Laboratory of Andrea R. Halpern, Ph.D., Bucknell University

Andrea R. Halpern’s research focuses on projects related to memory, cognitive aging, and music cognition. Her work specifically related to music cognition includes studying implicit memory for music, auditory imagery, environmental sounds, the functioning of musical experts, everyday musical experiences and senior citizens’ memory for music. Dr. Halpern is the 2012-2013 President of the Society for Music Perception and Cognition.

“Dr. Halpern studies cognitive processes such as memory and thinking, especially for nonverbal materials. Of particular interest to her is how musicians and nonmusicians understand and remember music. One recent project was an investigation of auditory imagery, or what is happening when you “hear a tune inside your head.” She has studied this using the traditional tools of experimental psychology, as well as with cognitive neuroscience techniques. She is also interested in how both normal aging and Alzheimer’s disease affect how people learn and remember music.”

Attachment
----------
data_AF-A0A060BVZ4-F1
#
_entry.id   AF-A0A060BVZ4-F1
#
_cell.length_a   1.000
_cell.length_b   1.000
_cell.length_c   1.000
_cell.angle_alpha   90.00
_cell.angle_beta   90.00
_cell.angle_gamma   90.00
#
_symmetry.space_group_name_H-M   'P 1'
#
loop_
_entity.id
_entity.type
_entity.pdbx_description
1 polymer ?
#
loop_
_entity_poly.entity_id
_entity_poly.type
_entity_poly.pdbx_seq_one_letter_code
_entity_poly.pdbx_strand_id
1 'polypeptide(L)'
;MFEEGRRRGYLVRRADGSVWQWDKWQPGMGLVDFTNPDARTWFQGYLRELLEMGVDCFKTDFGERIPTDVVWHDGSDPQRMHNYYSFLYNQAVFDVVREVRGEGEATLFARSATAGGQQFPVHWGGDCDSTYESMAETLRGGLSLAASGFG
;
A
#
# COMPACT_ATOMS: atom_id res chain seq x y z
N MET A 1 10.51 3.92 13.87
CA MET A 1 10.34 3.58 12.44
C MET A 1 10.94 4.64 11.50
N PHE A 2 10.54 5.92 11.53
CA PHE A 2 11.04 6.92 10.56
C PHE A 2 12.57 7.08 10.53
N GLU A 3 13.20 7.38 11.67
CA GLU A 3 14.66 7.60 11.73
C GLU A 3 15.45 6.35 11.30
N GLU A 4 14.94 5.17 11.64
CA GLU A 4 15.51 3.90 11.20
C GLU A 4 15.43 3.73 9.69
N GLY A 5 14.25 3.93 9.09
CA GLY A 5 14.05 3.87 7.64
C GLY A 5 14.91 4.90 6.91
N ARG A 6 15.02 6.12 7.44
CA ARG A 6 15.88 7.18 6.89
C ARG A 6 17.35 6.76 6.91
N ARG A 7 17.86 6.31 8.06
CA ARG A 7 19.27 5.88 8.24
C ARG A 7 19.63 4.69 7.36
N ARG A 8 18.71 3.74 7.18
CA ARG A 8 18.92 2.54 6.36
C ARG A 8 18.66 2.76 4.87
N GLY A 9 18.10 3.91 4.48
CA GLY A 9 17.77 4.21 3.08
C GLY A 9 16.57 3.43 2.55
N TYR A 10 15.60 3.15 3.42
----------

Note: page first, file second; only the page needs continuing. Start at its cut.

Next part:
Laboratory of Dale Purves, M.D., Center for Cognitive Neuroscience, Duke University


“Overview: Stimuli in other sensory domains, audition for example, are also ambiguous in that the physical properties of the stimulus cannot specify its real-world source. A statistical approach similar in principle to that used to rationalize the percepts elicited by visual stimuli can be used to explain why we hear tones the way we do.”

As the Director of the Neuroscience and Behavioural Disorders program at Duke-NUS Graduate Medical School and Executive Director of the Neuroscience Research Partnership at A*STAR, both located in Singapore, Purves has a lab in Singapore as well: